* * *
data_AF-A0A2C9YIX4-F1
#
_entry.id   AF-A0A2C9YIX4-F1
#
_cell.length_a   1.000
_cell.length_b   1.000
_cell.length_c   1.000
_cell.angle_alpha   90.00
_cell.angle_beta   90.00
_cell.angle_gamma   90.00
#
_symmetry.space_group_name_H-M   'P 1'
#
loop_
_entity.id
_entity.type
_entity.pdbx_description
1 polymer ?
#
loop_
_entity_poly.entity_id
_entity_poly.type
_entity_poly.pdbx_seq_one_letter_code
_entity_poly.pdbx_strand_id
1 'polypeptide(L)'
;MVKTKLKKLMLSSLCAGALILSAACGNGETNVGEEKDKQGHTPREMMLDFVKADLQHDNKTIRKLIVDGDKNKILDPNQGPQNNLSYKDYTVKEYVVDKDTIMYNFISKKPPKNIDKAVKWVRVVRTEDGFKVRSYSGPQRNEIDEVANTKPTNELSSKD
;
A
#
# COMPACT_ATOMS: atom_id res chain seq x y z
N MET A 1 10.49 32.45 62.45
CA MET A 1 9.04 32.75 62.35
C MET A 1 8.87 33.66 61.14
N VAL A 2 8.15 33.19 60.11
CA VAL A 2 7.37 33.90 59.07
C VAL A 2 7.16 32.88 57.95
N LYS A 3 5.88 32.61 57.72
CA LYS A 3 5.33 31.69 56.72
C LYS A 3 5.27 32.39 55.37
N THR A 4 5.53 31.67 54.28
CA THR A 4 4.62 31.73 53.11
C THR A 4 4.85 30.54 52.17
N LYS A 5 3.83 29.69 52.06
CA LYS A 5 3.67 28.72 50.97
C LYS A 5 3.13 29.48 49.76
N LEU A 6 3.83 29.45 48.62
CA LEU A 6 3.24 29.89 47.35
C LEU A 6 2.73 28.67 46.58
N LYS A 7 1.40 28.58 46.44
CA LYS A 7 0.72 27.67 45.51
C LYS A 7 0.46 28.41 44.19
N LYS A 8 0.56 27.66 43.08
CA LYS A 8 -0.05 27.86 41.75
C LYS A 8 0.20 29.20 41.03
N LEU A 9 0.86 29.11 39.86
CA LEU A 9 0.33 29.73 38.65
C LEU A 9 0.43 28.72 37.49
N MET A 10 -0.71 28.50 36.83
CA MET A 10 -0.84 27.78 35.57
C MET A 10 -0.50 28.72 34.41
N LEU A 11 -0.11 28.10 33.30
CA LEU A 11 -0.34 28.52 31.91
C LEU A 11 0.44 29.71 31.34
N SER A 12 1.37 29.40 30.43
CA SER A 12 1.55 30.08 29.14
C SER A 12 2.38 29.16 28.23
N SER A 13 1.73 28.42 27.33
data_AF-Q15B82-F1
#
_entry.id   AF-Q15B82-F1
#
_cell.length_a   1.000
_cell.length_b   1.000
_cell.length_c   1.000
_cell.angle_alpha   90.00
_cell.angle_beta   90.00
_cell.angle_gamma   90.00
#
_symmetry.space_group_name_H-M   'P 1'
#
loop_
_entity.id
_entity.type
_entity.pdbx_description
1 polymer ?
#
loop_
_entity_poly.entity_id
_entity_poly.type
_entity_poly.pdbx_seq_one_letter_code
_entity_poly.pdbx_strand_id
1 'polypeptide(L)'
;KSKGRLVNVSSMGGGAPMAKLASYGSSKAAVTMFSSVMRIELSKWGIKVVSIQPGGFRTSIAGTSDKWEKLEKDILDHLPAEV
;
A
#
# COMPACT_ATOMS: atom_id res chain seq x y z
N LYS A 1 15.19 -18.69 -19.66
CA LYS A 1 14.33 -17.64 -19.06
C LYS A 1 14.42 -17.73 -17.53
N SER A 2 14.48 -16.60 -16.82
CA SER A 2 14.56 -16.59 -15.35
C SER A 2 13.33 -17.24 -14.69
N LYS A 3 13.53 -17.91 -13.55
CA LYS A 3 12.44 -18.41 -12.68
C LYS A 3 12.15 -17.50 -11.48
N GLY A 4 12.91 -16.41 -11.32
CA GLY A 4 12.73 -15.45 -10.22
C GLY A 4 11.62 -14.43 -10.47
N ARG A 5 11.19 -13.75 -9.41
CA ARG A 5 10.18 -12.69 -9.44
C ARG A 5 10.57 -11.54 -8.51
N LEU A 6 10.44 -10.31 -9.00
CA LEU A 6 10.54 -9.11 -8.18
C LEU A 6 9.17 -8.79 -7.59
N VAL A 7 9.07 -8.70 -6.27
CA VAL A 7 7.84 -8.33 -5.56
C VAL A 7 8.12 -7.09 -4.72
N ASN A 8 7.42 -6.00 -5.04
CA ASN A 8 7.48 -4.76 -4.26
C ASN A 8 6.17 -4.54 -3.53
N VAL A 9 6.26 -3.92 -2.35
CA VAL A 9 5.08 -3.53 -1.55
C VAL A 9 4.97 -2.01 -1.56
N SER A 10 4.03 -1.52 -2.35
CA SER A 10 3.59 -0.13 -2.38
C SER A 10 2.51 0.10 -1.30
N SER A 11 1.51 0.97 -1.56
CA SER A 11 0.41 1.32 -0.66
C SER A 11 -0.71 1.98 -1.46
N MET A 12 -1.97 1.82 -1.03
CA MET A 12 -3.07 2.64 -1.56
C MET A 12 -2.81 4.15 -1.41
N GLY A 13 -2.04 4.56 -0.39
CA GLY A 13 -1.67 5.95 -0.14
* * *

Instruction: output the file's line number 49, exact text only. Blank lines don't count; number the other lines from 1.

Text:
N LYS A 7 1.40 28.58 46.44